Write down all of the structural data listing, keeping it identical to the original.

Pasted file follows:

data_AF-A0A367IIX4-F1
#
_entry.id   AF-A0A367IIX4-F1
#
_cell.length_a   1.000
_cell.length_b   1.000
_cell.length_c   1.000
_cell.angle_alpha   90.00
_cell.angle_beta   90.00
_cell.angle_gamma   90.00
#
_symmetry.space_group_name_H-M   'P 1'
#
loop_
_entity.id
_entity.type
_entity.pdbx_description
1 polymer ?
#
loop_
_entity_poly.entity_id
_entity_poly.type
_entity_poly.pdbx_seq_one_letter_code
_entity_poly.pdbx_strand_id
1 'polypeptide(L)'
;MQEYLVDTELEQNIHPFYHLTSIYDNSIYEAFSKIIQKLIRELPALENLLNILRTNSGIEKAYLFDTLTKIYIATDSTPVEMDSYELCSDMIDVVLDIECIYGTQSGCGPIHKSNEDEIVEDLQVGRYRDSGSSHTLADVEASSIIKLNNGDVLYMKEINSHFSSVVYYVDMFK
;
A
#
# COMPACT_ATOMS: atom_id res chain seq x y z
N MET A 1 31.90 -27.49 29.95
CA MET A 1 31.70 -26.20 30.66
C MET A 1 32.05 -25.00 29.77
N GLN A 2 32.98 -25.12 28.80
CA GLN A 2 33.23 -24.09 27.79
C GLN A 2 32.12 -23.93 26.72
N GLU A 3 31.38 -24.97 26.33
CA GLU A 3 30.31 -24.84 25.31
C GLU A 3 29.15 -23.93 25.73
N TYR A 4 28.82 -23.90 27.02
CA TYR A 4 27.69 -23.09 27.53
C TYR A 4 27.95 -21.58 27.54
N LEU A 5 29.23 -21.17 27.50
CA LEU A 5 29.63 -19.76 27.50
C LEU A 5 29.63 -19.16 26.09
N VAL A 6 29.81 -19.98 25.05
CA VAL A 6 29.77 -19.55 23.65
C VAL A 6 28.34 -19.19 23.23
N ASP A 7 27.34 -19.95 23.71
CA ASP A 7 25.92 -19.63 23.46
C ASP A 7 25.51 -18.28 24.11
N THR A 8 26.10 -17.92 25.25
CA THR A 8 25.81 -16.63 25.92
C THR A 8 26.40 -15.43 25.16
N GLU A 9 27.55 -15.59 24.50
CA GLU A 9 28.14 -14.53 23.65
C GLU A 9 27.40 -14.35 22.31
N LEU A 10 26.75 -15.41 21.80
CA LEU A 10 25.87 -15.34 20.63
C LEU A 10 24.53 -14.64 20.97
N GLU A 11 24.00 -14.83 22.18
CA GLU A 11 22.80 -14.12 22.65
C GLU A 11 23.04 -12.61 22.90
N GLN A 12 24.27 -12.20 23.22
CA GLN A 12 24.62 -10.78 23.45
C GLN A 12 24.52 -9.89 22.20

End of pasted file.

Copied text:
data_AF-A0A367IIX4-F1
#
_entry.id   AF-A0A367IIX4-F1
#
_cell.length_a   1.000
_cell.length_b   1.000
_cell.length_c   1.000
_cell.angle_alpha   90.00
_cell.angle_beta   90.00
_cell.angle_gamma   90.00
#
_symmetry.space_group_name_H-M   'P 1'
#
loop_
_entity.id
_entity.type
_entity.pdbx_description
1 polymer ?
#
loop_
_entity_poly.entity_id
_entity_poly.type
_entity_poly.pdbx_seq_one_letter_code
_entity_poly.pdbx_strand_id
1 'polypeptide(L)'
;MQEYLVDTELEQNIHPFYHLTSIYDNSIYEAFSKIIQKLIRELPALENLLNILRTNSGIEKAYLFDTLTKIYIATDSTPVEMDSYELCSDMIDVVLDIECIYGTQSGCGPIHKSNEDEIVEDLQVGRYRDSGSSHTLADVEASSIIKLNNGDVLYMKEINSHFSSVVYYVDMFK
;
A
#
# COMPACT_ATOMS: atom_id res chain seq x y z
N MET A 1 31.90 -27.49 29.95
CA MET A 1 31.70 -26.20 30.66
C MET A 1 32.05 -25.00 29.77
N GLN A 2 32.98 -25.12 28.80
CA GLN A 2 33.23 -24.09 27.79
C GLN A 2 32.12 -23.93 26.72
N GLU A 3 31.38 -24.97 26.33
CA GLU A 3 30.31 -24.84 25.31
C GLU A 3 29.15 -23.93 25.73
N TYR A 4 28.82 -23.90 27.02
CA TYR A 4 27.69 -23.09 27.53
C TYR A 4 27.95 -21.58 27.54
N LEU A 5 29.23 -21.17 27.50
CA LEU A 5 29.63 -19.76 27.50
C LEU A 5 29.63 -19.16 26.09
N VAL A 6 29.81 -19.98 25.05
CA VAL A 6 29.77 -19.55 23.65
C VAL A 6 28.34 -19.19 23.23
N ASP A 7 27.34 -19.95 23.71
CA ASP A 7 25.92 -19.63 23.46
C ASP A 7 25.51 -18.28 24.11
N THR A 8 26.10 -17.92 25.25
CA THR A 8 25.81 -16.63 25.92
C THR A 8 26.40 -15.43 25.16
N GLU A 9 27.55 -15.59 24.50
CA GLU A 9 28.14 -14.53 23.65
C GLU A 9 27.40 -14.35 22.31
N LEU A 10 26.75 -15.41 21.80
CA LEU A 10 25.87 -15.34 20.63
C LEU A 10 24.53 -14.64 20.97
N GLU A 11 24.00 -14.83 22.18
CA GLU A 11 22.80 -14.12 22.65
C GLU A 11 23.04 -12.61 22.90
N GLN A 12 24.27 -12.20 23.22
CA GLN A 12 24.62 -10.78 23.45
C GLN A 12 24.52 -9.89 22.20